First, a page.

Hisanaga K, Asagi M, Itoyama Y, Iwasaki Y. Increase in peripheral CD4 bright+ CD8 dull+ T cells in Parkinson disease. Arch Neurol. 2001;58(10):1580–3.
Brodacki B, Staszewski J, Toczyłowska B, Kozłowska E, Drela N, Chalimoniuk M, Stępien A. Serum interleukin (IL-2, IL-10, IL-6, IL-4), TNFα, and IFNγ concentrations are elevated in patients with atypical and idiopathic parkinsonism. Neurosci Lett. 2008;441(2):158–62.
Reale M, Iarlori C, Thomas A, Gambi D, Perfetti B, Di Nicola M, Onofrj M. Peripheral cytokines profile in Parkinson’s disease. Brain Behav Immun. 2009;23(1):55–63.
Chao Y, Wong SC, Tan EK. Evidence of inflammatory system involvement in Parkinson’s disease. Biomed Res Int. 2014. https://doi.org/10.1155/2014/308654.
Williams-Gray CH, Wijeyekoon R, Yarnall AJ, Lawson RA, Breen DP, Evans JR, Cummins GA, Duncan GW, Khoo TK, Burn DJ, Barker RA. Serum immune markers and disease progression in an incident Parkinson's disease cohort (ICICLE-PD). Mov Disord. 2016;31(7):995–1003. https://doi.org/10.1002/mds.26563.
Alves G, Wentzel-Larsen T, Aarsland D, Larsen JP. Progression of motor impairment and disability in Parkinson disease a population-based study. Neurology. 2005;65(9):1436–41.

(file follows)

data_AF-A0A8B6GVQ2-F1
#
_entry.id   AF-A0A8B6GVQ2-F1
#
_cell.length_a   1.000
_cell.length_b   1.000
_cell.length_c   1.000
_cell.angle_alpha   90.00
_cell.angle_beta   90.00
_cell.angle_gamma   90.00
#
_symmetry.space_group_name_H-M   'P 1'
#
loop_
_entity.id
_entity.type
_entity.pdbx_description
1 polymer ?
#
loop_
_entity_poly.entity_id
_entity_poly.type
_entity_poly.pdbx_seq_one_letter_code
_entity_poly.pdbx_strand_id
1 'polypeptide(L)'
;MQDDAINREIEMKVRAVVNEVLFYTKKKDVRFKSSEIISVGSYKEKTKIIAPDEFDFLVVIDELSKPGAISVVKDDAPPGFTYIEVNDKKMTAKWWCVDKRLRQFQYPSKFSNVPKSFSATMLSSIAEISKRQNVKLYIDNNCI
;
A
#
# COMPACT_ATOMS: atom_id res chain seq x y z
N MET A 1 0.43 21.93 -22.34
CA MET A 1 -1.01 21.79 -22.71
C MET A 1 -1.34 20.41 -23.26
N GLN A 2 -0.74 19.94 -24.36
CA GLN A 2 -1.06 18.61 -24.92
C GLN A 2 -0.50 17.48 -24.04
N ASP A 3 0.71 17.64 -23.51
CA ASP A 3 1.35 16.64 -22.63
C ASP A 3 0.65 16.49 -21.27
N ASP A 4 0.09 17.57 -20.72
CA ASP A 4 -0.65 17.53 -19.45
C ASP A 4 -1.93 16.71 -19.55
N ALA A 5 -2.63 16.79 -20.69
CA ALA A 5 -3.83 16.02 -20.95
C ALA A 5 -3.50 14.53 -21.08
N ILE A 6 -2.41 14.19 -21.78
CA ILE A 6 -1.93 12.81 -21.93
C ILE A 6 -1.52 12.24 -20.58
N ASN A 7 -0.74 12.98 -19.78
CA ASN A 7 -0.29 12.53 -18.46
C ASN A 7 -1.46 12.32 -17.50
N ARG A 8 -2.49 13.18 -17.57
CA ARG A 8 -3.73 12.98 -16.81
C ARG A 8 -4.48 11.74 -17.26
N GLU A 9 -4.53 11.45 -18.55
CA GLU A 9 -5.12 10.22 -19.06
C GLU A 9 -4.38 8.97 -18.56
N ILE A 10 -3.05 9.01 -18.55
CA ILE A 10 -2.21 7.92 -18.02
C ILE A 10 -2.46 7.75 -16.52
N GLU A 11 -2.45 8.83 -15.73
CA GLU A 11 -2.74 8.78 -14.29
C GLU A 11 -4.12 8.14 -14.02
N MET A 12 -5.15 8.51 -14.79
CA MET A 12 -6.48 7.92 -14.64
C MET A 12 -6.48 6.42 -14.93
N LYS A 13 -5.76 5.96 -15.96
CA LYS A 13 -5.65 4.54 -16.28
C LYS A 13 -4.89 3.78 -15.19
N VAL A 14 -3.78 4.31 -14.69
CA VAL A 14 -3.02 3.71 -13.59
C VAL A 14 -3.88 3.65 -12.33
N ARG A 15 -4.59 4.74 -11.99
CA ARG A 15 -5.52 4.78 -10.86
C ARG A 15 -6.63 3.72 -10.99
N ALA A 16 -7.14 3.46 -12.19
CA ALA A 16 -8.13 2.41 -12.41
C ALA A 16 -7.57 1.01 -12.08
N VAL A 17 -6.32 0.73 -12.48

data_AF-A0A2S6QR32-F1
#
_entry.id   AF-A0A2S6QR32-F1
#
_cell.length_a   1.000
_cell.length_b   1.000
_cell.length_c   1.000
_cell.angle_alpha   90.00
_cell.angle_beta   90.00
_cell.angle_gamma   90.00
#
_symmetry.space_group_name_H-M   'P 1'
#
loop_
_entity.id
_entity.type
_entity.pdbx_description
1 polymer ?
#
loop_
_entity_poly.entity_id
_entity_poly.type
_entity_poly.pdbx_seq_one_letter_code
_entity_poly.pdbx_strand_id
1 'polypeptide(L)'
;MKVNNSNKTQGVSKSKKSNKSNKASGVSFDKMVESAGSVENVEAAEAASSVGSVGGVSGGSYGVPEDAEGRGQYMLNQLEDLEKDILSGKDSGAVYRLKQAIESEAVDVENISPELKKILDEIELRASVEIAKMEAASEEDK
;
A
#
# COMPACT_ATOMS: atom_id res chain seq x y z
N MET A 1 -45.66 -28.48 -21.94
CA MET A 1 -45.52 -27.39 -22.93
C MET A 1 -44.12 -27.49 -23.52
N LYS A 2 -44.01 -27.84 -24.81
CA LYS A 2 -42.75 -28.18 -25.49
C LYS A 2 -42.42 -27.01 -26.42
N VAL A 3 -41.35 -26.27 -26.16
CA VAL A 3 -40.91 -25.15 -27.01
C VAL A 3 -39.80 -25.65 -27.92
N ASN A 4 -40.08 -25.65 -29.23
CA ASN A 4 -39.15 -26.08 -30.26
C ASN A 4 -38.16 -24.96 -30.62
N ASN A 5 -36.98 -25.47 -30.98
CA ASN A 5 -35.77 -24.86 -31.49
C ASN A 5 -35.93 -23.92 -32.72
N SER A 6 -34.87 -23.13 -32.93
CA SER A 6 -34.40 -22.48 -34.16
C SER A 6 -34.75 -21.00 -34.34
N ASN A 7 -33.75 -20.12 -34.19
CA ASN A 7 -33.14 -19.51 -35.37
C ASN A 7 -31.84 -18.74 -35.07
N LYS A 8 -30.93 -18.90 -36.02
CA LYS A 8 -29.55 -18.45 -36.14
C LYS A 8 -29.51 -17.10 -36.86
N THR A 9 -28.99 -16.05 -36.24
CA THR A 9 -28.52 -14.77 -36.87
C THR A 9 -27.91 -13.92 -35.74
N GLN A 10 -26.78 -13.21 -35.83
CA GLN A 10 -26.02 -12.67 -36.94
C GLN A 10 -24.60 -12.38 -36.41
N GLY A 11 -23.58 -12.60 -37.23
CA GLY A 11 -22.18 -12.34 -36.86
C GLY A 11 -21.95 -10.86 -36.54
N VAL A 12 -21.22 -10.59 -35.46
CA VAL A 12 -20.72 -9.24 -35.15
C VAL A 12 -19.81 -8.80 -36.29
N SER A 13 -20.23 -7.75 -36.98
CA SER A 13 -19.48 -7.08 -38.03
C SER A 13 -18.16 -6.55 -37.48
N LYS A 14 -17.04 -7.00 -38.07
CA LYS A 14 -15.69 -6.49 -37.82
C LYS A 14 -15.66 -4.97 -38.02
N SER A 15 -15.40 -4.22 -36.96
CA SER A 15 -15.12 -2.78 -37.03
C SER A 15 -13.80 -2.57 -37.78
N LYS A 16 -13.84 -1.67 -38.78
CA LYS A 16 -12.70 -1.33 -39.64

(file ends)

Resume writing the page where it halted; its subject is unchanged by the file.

Fox N, Growdon JH. Biomarkers and surrogates. Neurotherapeutics. 2004;1(2):181.
Khoo SK, Petillo D, Kang UJ, Resau JH, Berryhill B, Linder J, Forsgren L, Neuman LA, Tan AC. Plasma-based circulating MicroRNA biomarkers for Parkinson's disease. Journal of Parkinson's disease. 2012;2(4):321-31.
Bogdanov M, Matson WR, Wang L, Matson T, Saunders-Pullman R, Bressman SS, Beal MF. Metabolomic profiling to develop blood biomarkers for Parkinson's disease. Brain. 2008;131(2):389–96. https://doi.org/10.1093/brain/awm304.
Chahine LM, Stern MB, Chen-Plotkin A. Blood-based biomarkers for Parkinson's disease. Parkinsonism Relat Disord. 2014;20:S99–S103.
Rocha NP, de Miranda AS, Teixeira AL. Insights into neuroinflammation in Parkinson’s disease: from biomarkers to anti-inflammatory based therapies. Biomed Res Int. 2015. https://doi.org/10.1155/2015/628192.
Mazzara S, Rossi RL, Grifantini R, Donizetti S. Abrignani, S., &Bombaci, M. CombiROC: an interactive web tool for selecting accurate marker combinations of omics data. Sci Rep. 2017;7:45477. https://doi.org/10.1038/srep45477.
Hughes AJ, Daniel SE, Lees AJ. Improved accuracy of clinical diagnosis of Lewy body Parkinson’s disease. Neurology. 2001;57(8):1497–9.
Hoehn, M. M., &Yahr, M. D. Parkinsonism: onset, progression, and mortality. Neurology. 1998; 50(2), 318–318.
Hay FC, Westwood OM. Practical immunology. 4th ed: John Wiley & Sons; 2008. https://doi.org/10.1002/9780470757475.
Azizi F. Elevated nitric oxide metabolites are associated with obesity in women. Archives of Iranian medicine. 2013;16(9):521.
Bhopal R. Glossary of terms relating to ethnicity and race: for reflection and debate. J Epidemiol Community Health. 2004;58(6):441–5.